Genealogie Bos

This is my English-language Genealogy & Ancestry Blog.
(Mijn Nederlandstalige blog is

8 Jan 2018

Leendert Arend Jan Bos (1918-43) and the Burma Railway

Leendert Arend Jan Bos was born on October 21, 1918, in Klaaswaal in Holland. Klaaswaal is located in the area where my Bos ancestors have lived through the ages, but Bos is a common name in The Netherlands, and I have no clue who his parents were. Leendert could be either a distant relative, or no relation at all. His mother's surname was Dirkje and she lived at the Oud Kromstrijensedijk in Klaaswaal.

Japanese internment card 
During the war, when he was in his 20s, Leendert was an airplane mechanic in the Royal Netherlands East Indies Army (KNIL). On March 9, 1942 he was captured by the Japanese. He was interned in a Java Pow Camp on August 15, 1942. In 1943 Leendert was forced to work on the Burma Railway. Begun in October 1942 and completed on 16 October 1943, the Burma Railway stretched 415 kilometres between Nong Pladuk in Thailand and Thanbyuzayat in Burma (now Myanmar). It was built by order of Japan during World War II to support its forces in the Burma campaign.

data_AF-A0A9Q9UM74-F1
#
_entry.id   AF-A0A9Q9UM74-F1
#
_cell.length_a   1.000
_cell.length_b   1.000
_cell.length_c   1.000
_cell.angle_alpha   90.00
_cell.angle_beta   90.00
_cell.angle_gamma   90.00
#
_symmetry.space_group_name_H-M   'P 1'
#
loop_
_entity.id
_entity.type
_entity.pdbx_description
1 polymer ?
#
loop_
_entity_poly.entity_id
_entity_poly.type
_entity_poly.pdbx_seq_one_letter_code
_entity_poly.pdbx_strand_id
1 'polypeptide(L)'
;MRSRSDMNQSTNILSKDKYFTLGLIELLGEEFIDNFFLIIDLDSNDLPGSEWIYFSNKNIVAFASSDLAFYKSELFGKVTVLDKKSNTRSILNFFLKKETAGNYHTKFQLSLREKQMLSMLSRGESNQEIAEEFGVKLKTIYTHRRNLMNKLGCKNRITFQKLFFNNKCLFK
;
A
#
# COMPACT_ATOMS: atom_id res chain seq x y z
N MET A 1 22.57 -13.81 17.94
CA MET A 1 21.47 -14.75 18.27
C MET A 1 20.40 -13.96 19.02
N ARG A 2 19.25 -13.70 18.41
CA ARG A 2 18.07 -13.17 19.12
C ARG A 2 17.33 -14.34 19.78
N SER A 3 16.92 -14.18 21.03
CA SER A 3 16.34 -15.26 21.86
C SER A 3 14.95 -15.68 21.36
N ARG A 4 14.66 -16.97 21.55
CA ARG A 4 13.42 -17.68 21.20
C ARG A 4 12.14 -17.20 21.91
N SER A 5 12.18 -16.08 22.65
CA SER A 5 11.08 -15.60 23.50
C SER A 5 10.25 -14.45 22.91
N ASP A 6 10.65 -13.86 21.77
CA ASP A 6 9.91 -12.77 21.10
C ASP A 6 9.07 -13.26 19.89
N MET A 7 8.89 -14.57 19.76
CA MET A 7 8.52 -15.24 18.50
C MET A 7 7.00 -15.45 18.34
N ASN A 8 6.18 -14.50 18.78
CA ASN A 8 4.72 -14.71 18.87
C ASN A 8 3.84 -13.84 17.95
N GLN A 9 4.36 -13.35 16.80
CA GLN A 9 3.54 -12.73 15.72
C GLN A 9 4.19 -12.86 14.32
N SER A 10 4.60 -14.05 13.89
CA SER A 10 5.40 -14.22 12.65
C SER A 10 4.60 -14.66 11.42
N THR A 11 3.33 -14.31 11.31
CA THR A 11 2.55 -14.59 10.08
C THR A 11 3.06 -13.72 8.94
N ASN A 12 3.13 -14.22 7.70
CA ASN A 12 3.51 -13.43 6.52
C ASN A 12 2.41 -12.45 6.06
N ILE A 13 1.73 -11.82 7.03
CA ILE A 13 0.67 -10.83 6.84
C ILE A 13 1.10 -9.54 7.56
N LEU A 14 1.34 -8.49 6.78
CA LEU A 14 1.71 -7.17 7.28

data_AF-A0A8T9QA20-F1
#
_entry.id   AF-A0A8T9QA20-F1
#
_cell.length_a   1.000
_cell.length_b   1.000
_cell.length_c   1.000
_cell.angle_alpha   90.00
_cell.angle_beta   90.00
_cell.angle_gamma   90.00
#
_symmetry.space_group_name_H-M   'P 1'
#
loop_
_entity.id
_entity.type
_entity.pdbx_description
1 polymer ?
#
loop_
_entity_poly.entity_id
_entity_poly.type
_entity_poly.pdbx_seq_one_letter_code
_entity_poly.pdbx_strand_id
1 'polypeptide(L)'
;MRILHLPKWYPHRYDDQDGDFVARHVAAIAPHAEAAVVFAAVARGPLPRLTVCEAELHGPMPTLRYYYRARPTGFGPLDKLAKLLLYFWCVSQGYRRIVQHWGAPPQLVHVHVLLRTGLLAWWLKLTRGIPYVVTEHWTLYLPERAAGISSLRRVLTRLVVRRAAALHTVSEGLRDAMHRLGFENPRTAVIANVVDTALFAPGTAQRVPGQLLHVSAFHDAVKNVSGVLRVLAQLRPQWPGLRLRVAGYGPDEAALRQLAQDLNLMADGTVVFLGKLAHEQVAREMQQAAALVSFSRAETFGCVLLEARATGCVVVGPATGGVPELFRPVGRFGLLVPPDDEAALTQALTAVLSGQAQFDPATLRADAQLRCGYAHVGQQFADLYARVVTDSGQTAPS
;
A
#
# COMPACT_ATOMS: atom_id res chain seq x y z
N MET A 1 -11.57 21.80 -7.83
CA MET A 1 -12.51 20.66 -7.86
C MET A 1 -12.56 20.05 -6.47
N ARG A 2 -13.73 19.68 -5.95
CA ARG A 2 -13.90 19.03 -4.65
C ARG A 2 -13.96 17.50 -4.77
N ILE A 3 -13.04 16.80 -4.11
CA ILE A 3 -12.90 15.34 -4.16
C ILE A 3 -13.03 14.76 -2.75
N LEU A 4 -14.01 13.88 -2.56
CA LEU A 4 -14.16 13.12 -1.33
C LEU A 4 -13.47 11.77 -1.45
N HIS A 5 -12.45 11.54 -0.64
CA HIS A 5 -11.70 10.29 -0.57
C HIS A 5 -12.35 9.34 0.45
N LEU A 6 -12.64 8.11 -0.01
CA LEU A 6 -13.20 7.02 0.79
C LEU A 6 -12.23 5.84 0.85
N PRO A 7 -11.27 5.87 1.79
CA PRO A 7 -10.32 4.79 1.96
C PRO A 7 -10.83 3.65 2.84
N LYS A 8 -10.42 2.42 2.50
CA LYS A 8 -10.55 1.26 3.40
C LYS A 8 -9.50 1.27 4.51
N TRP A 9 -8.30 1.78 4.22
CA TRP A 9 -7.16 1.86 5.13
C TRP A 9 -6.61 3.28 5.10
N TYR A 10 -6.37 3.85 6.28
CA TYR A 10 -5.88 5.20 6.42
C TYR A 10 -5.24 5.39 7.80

The terrain the railway crossed made its construction very difficult. Hellfire Pass in the Tenasserim Hills was a particularly difficult section of the line to build due to it being the largest rock cutting on the railway, coupled with its general remoteness and the lack of proper construction tools during building. The most famous portion of the railway is Bridge 277, 'the bridge over the River Kwai', which was built over a stretch of river.

About 180,000 Asian labourers and 60,000 Allied prisoners of war (POWs) worked on the Burma Railway. Of these, around 90,000 Asian labourers and 16,000 Allied POWs died as a direct result of the project. The dead POWs included 6,318 British personnel, 2,815 Australians, 2,490 Dutch, about 356 Americans and a smaller number of Canadians and New Zealanders.

One of them was Leendert Arend Jan Bos who died on June 19, 1943, around 15:00 in a hospital in the Thai POW Camp at Tha Makham Village in Kanchanaburi County in Thailand. He had suffered from beri-beri due to a vitamin B1 shortage. Leendert Bos is buried on the Kanchanaburi War Cemetery. 

A monument in Numansdorp remembering L. Bos and others

See also:
The Building of Hellfire

1 comment:

  1. See also:


I'd like to read your comments and/or additions to my articles!